He did not provide any details on the delay of the next launch, which was originally scheduled for September 22, referring to an ongoing investigation into the causes of the launch failure.

chief Vladimir Popovkin said in a recent interview that he regretted Russia having put so much emphasis on , rather than looking into more financially rewarding spheres like telecommunications.

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User comments : 12

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omatumr
3.1 / 5 (10) Aug 31, 2011
Thanks for this story, although it finally confirms a destination for human exploration of space that was probably decided in 1971.

What a sad, sad day for science and the spirit of discovery.

With deep regret,
Oliver K. Manuel
Former NASA Principal
Investigator for NASA
Husky
4 / 5 (2) Aug 31, 2011
it looks like a ploy to get more money from nasa
yyz
4.3 / 5 (3) Aug 31, 2011
It appears that the problem with the last mission stems from a failed 3rd stage engine, as reported by at least one Russian news agency: http://www.univer...re-88508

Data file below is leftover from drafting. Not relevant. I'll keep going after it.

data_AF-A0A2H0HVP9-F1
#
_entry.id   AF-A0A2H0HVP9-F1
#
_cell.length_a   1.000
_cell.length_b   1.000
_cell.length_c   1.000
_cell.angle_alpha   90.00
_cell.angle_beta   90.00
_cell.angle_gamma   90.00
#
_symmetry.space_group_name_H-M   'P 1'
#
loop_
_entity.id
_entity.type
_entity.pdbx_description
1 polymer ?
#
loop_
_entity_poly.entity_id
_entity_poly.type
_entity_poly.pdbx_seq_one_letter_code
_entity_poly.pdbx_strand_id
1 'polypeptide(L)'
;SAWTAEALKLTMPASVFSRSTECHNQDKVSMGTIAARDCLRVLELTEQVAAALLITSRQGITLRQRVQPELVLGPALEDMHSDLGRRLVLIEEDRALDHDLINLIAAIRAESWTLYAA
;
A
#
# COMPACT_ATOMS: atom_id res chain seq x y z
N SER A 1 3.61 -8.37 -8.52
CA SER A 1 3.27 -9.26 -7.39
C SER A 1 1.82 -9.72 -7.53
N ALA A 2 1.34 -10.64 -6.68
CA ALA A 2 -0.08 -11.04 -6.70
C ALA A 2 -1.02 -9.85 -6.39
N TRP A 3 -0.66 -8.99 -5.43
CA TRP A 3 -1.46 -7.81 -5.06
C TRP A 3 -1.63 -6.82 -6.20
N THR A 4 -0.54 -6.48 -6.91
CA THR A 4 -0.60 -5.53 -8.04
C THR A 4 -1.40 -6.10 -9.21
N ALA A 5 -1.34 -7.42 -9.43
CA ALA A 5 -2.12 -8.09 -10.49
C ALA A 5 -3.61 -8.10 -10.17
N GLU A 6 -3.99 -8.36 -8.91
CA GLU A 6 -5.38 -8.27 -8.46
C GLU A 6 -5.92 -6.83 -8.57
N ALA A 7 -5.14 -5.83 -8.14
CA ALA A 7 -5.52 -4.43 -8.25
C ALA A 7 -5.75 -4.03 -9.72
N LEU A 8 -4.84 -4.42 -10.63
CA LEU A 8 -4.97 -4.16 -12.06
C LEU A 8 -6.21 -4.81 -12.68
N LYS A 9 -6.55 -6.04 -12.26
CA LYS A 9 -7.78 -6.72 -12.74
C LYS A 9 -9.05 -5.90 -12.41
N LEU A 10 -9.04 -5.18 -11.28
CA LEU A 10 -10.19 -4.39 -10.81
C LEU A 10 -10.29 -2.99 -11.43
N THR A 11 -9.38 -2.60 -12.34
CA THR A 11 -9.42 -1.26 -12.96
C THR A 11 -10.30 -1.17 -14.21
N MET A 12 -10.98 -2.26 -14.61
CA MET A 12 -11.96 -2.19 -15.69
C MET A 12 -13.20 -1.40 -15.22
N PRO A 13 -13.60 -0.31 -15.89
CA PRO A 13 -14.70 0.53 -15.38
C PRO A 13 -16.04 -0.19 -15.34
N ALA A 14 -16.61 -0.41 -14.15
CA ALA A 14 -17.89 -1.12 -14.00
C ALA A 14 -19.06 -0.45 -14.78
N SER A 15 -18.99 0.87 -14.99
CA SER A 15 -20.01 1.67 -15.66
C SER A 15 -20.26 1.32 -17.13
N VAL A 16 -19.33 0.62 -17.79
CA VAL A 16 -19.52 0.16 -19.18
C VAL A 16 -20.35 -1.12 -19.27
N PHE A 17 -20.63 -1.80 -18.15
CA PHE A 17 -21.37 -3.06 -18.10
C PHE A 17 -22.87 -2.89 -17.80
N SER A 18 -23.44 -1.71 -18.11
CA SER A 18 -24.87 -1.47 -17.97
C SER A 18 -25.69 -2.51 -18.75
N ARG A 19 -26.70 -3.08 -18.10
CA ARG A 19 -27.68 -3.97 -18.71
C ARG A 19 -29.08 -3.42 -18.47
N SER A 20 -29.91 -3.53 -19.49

The upper stage used for these missions is designated the Briz-M and it has had a series of engine problems since it's introduction in 2000: http://en.wikiped...i/Briz-M

If the engine turns out to be the culprit, the time needed to repair or replace the component will determine the date of return to orbit. The Russians have announced they want to try at least 2 unmanned launches of the Soyuz stack before a manned flight, so it may be sometime next year before a manned Soyuz is sent back to the ISS.

I wonder if all this will push back the Space-X Dragon-ISS docking test, slated for early December IIRC?
Arkaleus
2.5 / 5 (6) Aug 31, 2011